The 125 kilometre North-West Circuit (one of the country’s longest tramping tracks) follows the coast, mainly through forest. A side track reaches to the island’s highest point, Mt Anglem/Hananui (980 m), which has cirques and tarns (hollows and lakes formed by glaciers) – remnants from the last glaciation.
The Ruggedy Mountains line the north-west coast. Orange-brown bluffs and crags protrude from the coastal forest. Wind-formed dune lands, high sand passes and stone fields form an almost lunar landscape in places.
This was an important staging point for birders converging on the Tītī/Muttonbird Islands in their waka (canoes), and was a sealer settlement in the 1820s. Kākāpō have been relocated there from southern Stewart Island.
National Park management plans are not usually quote-worthy but Rakiura’s may be an exception: ‘For those who visit Mason Bay an experience of remoteness, space, natural quiet and solitude is gained standing amongst the extensive dunes against the vastness of the Southern Ocean.’1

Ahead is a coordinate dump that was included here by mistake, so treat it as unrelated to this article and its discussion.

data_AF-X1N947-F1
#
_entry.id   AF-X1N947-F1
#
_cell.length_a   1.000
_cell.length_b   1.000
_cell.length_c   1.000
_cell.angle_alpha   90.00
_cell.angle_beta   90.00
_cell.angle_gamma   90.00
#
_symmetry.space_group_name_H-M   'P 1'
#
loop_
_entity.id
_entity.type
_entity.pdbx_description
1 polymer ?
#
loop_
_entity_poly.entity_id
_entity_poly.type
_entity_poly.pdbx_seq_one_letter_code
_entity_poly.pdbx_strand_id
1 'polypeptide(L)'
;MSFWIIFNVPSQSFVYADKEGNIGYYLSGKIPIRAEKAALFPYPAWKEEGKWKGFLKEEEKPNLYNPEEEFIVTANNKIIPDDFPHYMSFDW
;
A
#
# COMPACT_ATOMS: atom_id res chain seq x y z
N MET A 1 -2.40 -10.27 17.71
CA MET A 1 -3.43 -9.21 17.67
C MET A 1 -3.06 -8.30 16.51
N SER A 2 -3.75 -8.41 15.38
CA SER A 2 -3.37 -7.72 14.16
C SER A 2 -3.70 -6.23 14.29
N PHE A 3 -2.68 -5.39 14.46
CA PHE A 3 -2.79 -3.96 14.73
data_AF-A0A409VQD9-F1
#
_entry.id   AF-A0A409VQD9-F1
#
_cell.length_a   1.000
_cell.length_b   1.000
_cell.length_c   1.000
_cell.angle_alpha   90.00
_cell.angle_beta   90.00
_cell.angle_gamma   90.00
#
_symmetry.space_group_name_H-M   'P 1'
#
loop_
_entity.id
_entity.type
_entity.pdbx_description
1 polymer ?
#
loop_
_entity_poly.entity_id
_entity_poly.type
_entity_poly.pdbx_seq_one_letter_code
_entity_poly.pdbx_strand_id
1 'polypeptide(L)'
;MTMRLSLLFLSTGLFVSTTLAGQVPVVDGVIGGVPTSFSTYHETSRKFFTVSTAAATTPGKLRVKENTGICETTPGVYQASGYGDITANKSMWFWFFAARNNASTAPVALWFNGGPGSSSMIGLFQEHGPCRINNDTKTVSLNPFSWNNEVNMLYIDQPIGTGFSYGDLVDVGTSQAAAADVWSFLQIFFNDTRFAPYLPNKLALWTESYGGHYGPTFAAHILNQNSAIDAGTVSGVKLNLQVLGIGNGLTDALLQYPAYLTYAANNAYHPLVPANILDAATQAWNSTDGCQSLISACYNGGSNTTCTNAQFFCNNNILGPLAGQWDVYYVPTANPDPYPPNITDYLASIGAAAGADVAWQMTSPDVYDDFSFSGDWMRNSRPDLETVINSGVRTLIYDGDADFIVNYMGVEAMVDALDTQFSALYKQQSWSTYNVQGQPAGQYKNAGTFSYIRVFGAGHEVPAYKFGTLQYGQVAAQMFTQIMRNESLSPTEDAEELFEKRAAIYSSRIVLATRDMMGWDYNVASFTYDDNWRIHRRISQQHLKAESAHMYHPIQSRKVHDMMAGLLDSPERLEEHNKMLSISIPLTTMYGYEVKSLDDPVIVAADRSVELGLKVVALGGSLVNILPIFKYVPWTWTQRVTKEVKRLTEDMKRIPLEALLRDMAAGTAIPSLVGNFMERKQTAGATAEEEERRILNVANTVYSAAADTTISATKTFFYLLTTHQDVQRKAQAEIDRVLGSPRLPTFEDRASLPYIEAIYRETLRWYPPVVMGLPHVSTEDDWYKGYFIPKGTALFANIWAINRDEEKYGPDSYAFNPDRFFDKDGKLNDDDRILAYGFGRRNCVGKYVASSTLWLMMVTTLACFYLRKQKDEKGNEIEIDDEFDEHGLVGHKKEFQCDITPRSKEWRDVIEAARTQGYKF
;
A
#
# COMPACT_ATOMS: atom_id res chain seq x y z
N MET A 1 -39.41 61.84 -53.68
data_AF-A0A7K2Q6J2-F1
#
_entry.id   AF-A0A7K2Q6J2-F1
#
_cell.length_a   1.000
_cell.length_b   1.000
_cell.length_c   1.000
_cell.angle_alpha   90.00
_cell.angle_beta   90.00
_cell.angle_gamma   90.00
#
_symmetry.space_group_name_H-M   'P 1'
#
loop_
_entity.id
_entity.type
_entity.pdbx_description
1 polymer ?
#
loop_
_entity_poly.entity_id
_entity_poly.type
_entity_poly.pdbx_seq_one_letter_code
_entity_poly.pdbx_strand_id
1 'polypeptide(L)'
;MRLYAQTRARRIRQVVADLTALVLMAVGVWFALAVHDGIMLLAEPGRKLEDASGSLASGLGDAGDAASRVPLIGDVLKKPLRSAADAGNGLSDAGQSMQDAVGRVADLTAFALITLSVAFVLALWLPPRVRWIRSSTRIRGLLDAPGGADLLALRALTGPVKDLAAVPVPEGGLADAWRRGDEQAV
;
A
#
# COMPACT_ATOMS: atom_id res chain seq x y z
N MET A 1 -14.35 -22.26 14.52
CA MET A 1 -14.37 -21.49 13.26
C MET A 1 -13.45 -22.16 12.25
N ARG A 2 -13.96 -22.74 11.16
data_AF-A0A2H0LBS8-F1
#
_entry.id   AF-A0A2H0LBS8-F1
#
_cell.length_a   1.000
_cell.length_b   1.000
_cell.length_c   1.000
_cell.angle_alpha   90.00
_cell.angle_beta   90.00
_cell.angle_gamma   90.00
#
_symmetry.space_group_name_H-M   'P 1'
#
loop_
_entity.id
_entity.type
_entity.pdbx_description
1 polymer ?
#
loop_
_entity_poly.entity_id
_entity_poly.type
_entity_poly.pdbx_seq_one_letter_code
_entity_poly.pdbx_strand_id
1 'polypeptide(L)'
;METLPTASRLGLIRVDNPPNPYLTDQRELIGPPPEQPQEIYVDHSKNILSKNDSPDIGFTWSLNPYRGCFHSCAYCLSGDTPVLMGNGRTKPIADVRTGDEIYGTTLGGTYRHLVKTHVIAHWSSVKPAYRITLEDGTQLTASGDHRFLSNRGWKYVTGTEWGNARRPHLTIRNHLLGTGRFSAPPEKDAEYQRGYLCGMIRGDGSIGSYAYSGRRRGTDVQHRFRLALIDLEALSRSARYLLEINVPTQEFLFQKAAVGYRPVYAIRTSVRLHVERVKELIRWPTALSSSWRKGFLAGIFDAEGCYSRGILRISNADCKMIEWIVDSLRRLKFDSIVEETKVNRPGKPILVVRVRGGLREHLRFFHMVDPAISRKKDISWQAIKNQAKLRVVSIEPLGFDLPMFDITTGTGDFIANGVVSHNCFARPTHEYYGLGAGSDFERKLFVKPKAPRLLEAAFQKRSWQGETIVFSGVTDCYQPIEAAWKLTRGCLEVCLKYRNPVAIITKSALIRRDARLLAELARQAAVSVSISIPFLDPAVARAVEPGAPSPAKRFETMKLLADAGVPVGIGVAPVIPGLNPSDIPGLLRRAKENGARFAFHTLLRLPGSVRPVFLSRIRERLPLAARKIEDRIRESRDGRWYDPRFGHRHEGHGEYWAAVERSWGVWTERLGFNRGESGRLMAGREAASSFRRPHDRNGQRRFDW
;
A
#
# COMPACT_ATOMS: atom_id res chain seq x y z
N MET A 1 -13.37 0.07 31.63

A 15 kilometre arc of sand on the west coast. The Ernest Islands and The Gutter – a little inlet – are at its south end. Dunes up to 200 metres high extend inland for close to 3 kilometres.
The native sand-binding pīngao is making a comeback, helped by the fact that the introduced marram grass, with which it competes, has been sprayed with herbicide.
The former Island Hill homestead was used in the 2010s by the Department of Conservation. Another homestead, Kilbride, still stands near The Gutter. In the past runholders (sheep farmers) would comb for ambergris – a rare sperm whale excretion used in costly perfumes.
Small planes land on Mason Bay and other west coast beaches at low tide.
The 71.5-kilometre Southern Circuit tramping track traverses remote and challenging terrain. From Freshwater Landing wetlands are crossed to Mason Bay. The southernmost point is at Doughboy Bay. The track crosses to and descends the Rakeahua valley to the Southwest arm of Paterson Inlet. A side trip reaches Mt Rakeahua (681 m).